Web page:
The third reason is the number of troops which we would need to fulfil our aims. There are currently 48,000 NATO troops in the country. Obama’s deployment would take that number to 77,000. The Soviet Union failed to pacify the country with 130,000 troops, a border with Afghanistan, and looser rules of engagement. A departing NATO commander, General McNeill, said that the task would take 400,000 troops. Britain has urged other allies to send more, but popular support for the war in most NATO countries is currently low and falling. Neither imperial Britain nor Alexander the Great was able to pacify Afghanistan, a massive, mountainous and rugged country. Most analysts agree that it will not be achieved by more troops alone.
Until now, the option of negotiation or power-sharing with moderate elements of the Taleban has not been on the table because of the assumption that the Taleban were monolithically committed to violence. That can no longer be assumed. In November 2006, one of its leading supporters in Pakistan, Maulana Fazlur Rahman, stated publicly that the Taleban could stand as a party in Afghan elections as his Islamist party had recently done in Pakistan. Some Taleban members have argued that the Afghan state’s army and police should be strengthened in order to persuade allied forces to leave sooner. Some officials in the Afghan government have said that they were approached by Taleban leaders seeking to negotiate in 2004. And there have been reports of negotiations in Saudi Arabia between Taleban representatives and the Afghan government.
It can also no longer be assumed that the Taleban are committed to al Qaeda. They remain two distinct organisational entities divided by language. There are no Afghans at the top of al Qaeda and no Arabs at the top of the Taleban. And two Taliban spokespeople have talked publicly about divergence between the two groups.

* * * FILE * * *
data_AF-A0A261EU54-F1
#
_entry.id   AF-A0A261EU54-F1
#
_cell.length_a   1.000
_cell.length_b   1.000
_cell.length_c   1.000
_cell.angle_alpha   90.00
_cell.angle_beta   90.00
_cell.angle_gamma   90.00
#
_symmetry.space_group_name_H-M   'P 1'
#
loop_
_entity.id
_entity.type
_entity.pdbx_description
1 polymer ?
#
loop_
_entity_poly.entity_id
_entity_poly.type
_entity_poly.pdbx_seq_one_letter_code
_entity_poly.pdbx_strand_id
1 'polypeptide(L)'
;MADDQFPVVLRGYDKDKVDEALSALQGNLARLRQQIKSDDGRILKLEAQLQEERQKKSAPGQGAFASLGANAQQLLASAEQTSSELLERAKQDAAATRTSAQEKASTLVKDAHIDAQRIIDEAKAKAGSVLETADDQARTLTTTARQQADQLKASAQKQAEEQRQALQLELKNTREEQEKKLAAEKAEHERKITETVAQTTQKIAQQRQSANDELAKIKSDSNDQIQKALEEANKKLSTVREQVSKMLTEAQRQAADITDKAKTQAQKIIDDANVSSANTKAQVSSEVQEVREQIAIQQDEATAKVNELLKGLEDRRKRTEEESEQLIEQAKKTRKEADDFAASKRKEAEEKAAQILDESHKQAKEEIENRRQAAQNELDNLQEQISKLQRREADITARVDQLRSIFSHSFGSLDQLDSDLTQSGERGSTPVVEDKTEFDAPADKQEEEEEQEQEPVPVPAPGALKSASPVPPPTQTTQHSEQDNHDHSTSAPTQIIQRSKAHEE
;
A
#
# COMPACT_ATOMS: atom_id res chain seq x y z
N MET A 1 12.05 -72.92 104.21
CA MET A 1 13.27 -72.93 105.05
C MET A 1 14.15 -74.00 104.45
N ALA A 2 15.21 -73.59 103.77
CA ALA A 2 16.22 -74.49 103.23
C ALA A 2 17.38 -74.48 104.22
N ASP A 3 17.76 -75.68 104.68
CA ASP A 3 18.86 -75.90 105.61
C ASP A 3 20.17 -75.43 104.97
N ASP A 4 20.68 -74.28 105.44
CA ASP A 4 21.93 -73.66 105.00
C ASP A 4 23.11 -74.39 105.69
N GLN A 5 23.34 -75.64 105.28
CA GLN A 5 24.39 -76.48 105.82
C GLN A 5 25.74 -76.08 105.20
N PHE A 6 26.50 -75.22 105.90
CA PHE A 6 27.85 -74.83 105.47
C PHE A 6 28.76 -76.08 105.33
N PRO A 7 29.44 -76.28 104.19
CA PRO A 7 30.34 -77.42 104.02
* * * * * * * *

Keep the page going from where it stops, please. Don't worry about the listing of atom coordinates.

The bottom line is that our war aims can still be achieved, but not by force alone. Lasting stability in Afghanistan will only be achieved by negotiating with moderate elements in the Taleban and opening the way for them to share power. That will bolster the legitimacy of national government in Afghanistan, and ultimately divide and weaken the insurgents. Troops will be necessary to reduce the insurgency. But this should be seen as a means to the end of ending the conflict by enabling us to negotiate from a position of relative strength. Only a power-sharing government which includes the least extreme elements of the Taleban will be able to achieve the other three war aims — ensuring that Afghanistan remains a legitimate state, ensuring that it can handle its own security, and keeping core al Qaeda out of the country.
The current government is committed to a stable, secure and democratic Afghanistan, but we have to start looking at the country long term. We will not be able to secure the Karzai government after we leave. The only way to ensure that the next government commits to these objectives is to engage moderate Taleban in a power-sharing government now.
Azeem Ibrahim is a Research Fellow at the International Security Program, Kennedy School of Government at Harvard University and a Member of the Dean’s International Council, Harris School of Public Policy and Diplomacy at the University of Chicago.